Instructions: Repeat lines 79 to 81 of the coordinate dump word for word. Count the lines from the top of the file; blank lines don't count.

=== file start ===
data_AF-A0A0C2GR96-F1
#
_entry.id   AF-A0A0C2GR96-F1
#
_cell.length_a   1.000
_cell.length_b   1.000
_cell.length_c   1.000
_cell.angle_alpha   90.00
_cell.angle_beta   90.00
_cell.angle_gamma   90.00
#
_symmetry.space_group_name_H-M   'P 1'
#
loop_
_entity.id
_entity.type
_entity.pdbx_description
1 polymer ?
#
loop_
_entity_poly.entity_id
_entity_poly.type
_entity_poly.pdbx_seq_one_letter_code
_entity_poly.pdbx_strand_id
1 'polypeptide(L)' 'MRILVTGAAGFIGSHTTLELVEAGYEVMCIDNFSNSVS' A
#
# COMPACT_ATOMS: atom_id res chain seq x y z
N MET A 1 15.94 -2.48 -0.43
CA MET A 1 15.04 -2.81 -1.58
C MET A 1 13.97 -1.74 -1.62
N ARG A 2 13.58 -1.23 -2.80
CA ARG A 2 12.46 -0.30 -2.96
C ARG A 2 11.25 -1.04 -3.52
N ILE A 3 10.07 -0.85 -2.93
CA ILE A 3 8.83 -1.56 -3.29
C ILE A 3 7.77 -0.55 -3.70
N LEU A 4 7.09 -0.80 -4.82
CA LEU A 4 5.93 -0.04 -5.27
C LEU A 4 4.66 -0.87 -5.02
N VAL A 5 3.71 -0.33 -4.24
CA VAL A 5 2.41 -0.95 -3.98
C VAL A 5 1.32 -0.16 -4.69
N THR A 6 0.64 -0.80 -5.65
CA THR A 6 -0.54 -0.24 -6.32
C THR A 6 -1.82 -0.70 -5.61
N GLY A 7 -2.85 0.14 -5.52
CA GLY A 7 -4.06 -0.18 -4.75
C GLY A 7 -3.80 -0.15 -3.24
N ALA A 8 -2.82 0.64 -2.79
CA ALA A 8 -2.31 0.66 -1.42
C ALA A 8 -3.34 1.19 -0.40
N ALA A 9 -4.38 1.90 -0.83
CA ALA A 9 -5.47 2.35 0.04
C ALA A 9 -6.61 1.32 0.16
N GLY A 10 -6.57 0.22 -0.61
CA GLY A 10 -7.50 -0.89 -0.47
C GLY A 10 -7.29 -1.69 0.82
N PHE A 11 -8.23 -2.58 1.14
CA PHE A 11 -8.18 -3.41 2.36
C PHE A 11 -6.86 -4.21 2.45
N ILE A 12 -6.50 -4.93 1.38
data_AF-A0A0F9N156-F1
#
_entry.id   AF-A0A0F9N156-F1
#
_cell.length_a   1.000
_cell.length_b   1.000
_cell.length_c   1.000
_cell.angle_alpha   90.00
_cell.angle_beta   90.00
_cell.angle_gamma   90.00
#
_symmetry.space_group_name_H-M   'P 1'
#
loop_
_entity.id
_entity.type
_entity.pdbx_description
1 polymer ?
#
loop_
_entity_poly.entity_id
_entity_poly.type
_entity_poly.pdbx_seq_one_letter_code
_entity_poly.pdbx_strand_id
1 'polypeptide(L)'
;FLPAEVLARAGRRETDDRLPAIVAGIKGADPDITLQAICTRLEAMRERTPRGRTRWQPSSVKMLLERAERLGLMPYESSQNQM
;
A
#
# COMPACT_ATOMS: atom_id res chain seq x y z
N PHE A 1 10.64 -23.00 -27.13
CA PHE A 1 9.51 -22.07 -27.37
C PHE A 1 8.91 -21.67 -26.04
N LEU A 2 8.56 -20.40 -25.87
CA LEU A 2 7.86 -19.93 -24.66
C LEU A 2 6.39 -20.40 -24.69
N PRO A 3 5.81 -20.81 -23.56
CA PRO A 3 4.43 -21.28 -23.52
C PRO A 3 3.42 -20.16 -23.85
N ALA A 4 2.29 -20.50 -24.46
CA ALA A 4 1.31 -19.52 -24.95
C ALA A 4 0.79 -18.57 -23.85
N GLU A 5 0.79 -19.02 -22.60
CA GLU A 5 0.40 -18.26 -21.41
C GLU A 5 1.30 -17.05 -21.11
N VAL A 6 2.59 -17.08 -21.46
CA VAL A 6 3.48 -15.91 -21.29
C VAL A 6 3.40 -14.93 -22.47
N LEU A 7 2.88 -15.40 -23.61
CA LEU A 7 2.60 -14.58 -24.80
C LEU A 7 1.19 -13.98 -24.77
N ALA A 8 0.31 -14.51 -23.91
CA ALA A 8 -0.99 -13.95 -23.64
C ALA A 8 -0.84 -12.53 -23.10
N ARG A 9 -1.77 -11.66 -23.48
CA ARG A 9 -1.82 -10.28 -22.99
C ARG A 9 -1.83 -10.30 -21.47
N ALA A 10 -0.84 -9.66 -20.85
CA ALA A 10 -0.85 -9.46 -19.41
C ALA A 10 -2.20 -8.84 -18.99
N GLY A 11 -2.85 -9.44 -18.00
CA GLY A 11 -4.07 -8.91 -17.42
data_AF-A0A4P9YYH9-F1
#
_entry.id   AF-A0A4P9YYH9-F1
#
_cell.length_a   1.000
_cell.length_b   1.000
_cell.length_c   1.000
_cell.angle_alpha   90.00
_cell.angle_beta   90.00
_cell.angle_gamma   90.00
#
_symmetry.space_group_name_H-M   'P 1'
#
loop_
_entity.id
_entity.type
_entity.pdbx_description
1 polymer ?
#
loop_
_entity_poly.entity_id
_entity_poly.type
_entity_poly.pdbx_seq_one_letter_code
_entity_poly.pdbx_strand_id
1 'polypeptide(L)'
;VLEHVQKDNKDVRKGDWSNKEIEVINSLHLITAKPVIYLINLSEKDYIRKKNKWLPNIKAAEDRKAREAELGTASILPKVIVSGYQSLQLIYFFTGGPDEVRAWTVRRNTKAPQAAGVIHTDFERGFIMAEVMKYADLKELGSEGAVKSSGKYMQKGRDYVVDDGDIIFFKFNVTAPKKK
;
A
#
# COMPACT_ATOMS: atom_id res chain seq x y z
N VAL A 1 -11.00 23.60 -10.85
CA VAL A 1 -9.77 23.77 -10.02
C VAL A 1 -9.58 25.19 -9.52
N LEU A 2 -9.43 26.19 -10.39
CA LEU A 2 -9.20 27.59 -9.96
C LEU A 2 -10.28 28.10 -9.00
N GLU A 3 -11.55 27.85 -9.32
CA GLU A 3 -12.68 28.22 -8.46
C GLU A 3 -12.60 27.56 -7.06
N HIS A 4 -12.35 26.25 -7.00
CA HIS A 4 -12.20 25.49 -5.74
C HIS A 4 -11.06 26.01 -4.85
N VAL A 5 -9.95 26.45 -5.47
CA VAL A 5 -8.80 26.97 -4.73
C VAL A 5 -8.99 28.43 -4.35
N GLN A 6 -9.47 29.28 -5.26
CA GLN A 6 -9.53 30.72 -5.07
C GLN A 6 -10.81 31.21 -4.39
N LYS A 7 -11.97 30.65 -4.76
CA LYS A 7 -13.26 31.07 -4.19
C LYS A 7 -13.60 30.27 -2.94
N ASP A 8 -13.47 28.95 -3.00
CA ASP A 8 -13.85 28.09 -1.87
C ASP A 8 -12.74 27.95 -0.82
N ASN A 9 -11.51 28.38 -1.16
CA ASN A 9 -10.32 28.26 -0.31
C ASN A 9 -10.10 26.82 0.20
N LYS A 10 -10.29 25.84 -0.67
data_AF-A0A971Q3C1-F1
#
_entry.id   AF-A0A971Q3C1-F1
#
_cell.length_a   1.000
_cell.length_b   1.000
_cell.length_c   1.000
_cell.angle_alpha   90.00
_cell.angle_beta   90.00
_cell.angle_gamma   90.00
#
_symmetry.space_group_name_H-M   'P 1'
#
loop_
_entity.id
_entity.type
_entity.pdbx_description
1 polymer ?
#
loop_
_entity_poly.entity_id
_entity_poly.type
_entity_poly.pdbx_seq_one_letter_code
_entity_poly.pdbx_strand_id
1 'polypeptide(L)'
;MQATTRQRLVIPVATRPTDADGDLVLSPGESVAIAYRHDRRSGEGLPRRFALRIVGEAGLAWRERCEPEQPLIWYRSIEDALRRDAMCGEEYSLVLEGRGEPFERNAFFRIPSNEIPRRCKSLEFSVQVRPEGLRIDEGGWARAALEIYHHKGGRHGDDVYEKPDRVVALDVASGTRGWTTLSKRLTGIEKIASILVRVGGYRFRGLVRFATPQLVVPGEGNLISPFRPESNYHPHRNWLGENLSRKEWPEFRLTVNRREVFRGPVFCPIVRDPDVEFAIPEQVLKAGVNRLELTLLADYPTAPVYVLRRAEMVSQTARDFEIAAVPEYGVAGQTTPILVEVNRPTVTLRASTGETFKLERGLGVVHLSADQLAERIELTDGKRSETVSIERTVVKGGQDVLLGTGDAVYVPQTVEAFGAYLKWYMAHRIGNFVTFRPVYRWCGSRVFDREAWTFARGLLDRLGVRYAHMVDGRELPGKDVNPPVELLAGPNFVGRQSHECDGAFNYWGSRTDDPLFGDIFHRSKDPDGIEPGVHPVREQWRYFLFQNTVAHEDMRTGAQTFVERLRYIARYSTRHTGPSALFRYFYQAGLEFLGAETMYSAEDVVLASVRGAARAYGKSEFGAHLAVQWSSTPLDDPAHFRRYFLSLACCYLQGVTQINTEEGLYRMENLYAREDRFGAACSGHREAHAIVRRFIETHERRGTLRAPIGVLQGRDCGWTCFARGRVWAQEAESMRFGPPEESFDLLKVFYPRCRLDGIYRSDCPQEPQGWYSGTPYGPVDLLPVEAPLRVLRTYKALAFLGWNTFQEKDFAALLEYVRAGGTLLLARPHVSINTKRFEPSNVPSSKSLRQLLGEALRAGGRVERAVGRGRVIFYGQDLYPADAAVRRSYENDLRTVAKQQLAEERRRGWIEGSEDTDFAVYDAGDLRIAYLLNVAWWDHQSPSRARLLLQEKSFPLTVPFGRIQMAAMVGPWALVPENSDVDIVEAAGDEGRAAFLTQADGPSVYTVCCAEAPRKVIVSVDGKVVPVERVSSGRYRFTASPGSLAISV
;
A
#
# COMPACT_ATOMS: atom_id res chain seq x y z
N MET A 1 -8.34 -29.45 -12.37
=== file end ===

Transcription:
1 polymer ?
#
loop_